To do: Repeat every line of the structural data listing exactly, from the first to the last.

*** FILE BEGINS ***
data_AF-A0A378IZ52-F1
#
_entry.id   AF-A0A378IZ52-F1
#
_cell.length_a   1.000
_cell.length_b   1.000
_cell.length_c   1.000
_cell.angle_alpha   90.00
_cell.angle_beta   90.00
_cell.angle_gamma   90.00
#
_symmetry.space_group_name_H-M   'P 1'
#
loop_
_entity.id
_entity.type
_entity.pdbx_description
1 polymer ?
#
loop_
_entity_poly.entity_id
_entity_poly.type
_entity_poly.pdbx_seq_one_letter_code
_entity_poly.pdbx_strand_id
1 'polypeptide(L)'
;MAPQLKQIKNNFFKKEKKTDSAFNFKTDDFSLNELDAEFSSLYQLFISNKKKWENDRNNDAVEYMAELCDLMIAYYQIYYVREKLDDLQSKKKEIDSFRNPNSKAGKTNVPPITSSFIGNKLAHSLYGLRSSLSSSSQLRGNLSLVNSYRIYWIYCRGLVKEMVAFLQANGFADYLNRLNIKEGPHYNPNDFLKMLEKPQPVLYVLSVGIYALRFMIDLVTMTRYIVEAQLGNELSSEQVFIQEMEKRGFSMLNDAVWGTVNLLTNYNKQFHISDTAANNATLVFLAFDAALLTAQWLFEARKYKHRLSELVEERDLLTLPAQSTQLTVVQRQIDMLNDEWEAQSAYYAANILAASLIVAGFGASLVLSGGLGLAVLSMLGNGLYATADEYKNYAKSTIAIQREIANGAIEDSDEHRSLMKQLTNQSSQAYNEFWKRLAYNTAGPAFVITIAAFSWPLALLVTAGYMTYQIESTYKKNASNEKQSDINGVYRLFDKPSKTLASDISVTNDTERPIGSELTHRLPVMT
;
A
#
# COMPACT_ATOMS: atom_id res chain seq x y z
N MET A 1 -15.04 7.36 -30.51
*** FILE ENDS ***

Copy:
data_AF-A0A378IZ52-F1
#
_entry.id   AF-A0A378IZ52-F1
#
_cell.length_a   1.000
_cell.length_b   1.000
_cell.length_c   1.000
_cell.angle_alpha   90.00
_cell.angle_beta   90.00
_cell.angle_gamma   90.00
#
_symmetry.space_group_name_H-M   'P 1'
#
loop_
_entity.id
_entity.type
_entity.pdbx_description
1 polymer ?
#
loop_
_entity_poly.entity_id
_entity_poly.type
_entity_poly.pdbx_seq_one_letter_code
_entity_poly.pdbx_strand_id
1 'polypeptide(L)'
;MAPQLKQIKNNFFKKEKKTDSAFNFKTDDFSLNELDAEFSSLYQLFISNKKKWENDRNNDAVEYMAELCDLMIAYYQIYYVREKLDDLQSKKKEIDSFRNPNSKAGKTNVPPITSSFIGNKLAHSLYGLRSSLSSSSQLRGNLSLVNSYRIYWIYCRGLVKEMVAFLQANGFADYLNRLNIKEGPHYNPNDFLKMLEKPQPVLYVLSVGIYALRFMIDLVTMTRYIVEAQLGNELSSEQVFIQEMEKRGFSMLNDAVWGTVNLLTNYNKQFHISDTAANNATLVFLAFDAALLTAQWLFEARKYKHRLSELVEERDLLTLPAQSTQLTVVQRQIDMLNDEWEAQSAYYAANILAASLIVAGFGASLVLSGGLGLAVLSMLGNGLYATADEYKNYAKSTIAIQREIANGAIEDSDEHRSLMKQLTNQSSQAYNEFWKRLAYNTAGPAFVITIAAFSWPLALLVTAGYMTYQIESTYKKNASNEKQSDINGVYRLFDKPSKTLASDISVTNDTERPIGSELTHRLPVMT
;
A
#
# COMPACT_ATOMS: atom_id res chain seq x y z
N MET A 1 -15.04 7.36 -30.51